Propolis - Ethiopia

From SAMSwiki
Jump to: navigation, search

Ethiopia: It is known, that propolis can be harvested from every hive type and 95% of Ethiopian beekeepers use traditional hives. [1] [2] [3] While the yield of propolis is higher in traditional hives, the quality is lower due to a contamination of pure propolis with beeswax, hive debris or body parts of bees. [2] Nuru et al. (2002) conducted a study, where propolis production was induced in traditional and in modern hive-systems. They exposed the hives to the external environmental conditions, by creating gaps within the hive. Bees show the behavior of filling those openings and, as prior expected, the propolis yield was higher in manipulated hive-systems. They found not only a correlation between the data of local weather stations and the propolis production, but also a significantly higher amount of harvested propolis in traditional, compared to modern bee hives. The authors claim, that small, cost effective methods can help to increase the outcome significantly. [2] Thus, this simple method may be used to increase the propolis yield of small scale beekeepers. Similar to pollen, the Holeta Bee Research Center and the Ministry of Agriculture and International Livestock Research Institute communicated, that there is no business for propolis, but beekeepers sometimes harvest it for home consumption (medical use). [4]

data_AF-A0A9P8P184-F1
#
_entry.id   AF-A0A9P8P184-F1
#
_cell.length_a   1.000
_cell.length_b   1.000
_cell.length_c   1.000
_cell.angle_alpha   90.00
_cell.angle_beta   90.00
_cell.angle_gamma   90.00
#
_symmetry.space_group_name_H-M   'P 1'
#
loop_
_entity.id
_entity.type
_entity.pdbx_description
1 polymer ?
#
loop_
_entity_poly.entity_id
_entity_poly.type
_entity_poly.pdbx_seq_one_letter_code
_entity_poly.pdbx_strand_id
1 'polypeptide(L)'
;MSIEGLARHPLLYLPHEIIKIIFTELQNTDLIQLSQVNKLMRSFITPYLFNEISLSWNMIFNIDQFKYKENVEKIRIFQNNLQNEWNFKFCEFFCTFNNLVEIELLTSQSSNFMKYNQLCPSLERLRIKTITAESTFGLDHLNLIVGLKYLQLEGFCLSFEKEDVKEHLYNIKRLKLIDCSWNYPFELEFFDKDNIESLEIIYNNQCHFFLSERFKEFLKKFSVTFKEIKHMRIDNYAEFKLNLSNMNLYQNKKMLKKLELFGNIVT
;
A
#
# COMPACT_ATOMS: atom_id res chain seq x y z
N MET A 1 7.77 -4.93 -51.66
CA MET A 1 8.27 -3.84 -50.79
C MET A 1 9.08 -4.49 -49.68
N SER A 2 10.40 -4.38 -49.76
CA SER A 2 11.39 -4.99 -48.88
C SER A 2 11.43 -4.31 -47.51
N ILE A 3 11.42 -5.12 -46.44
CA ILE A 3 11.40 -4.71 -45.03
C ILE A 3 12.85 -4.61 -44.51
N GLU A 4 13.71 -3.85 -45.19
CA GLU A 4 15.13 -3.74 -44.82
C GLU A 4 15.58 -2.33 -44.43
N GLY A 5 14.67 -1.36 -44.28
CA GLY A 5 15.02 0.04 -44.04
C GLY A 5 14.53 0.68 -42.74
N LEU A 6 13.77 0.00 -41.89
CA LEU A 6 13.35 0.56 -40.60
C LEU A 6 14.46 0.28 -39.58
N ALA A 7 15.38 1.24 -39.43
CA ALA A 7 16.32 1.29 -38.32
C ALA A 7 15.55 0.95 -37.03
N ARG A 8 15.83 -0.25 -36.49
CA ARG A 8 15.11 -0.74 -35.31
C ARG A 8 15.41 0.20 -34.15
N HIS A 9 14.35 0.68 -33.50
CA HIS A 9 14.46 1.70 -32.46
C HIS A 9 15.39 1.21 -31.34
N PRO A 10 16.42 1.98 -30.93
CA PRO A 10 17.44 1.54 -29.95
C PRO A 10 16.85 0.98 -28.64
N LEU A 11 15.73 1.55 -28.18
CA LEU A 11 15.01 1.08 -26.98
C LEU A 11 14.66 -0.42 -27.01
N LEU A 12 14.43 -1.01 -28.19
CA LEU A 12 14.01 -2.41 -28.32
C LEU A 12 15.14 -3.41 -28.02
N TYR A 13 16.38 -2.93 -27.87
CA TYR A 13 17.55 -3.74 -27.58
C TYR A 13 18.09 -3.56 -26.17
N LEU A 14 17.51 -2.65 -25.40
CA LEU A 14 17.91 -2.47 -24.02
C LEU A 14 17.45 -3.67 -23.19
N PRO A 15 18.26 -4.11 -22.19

References

  1. Gidey, Y., & Mekonen, T. (2010). Participatory Technology and Constraints Assessment to Improve the Livelihood of Beekeepers in Tigray Region, northern Ethiopia. Momona Ethiopian Journal of Science, 2(1), 76-92.
  2. 2.0 2.1 2.2 Nuru, A., Hepburn, H. R., & Radloff, S. E. (2002). Induction of propolis production by Apis mellifera bandasii in traditional basket and Langstroth movable-frame hives in Ethiopia. Journal of Apicultural Research, 41(3-4), 101–106.
  3. Taye, B., Desta, A., Girma, C., & Mekonen, W. T. (2016). Evaluation of transitional and modern hives for honey production in the Mid Rift Valley of Ethiopia. Bulletin of Animal Health and Production in Africa, 64(1), 157–165.
  4. MoA & ILRI (2013). Apiculture value chain vision and strategy for Ethiopia. Addis Ababa, Ethiopia: Ministry of Agriculture and International Livestock Research Institute.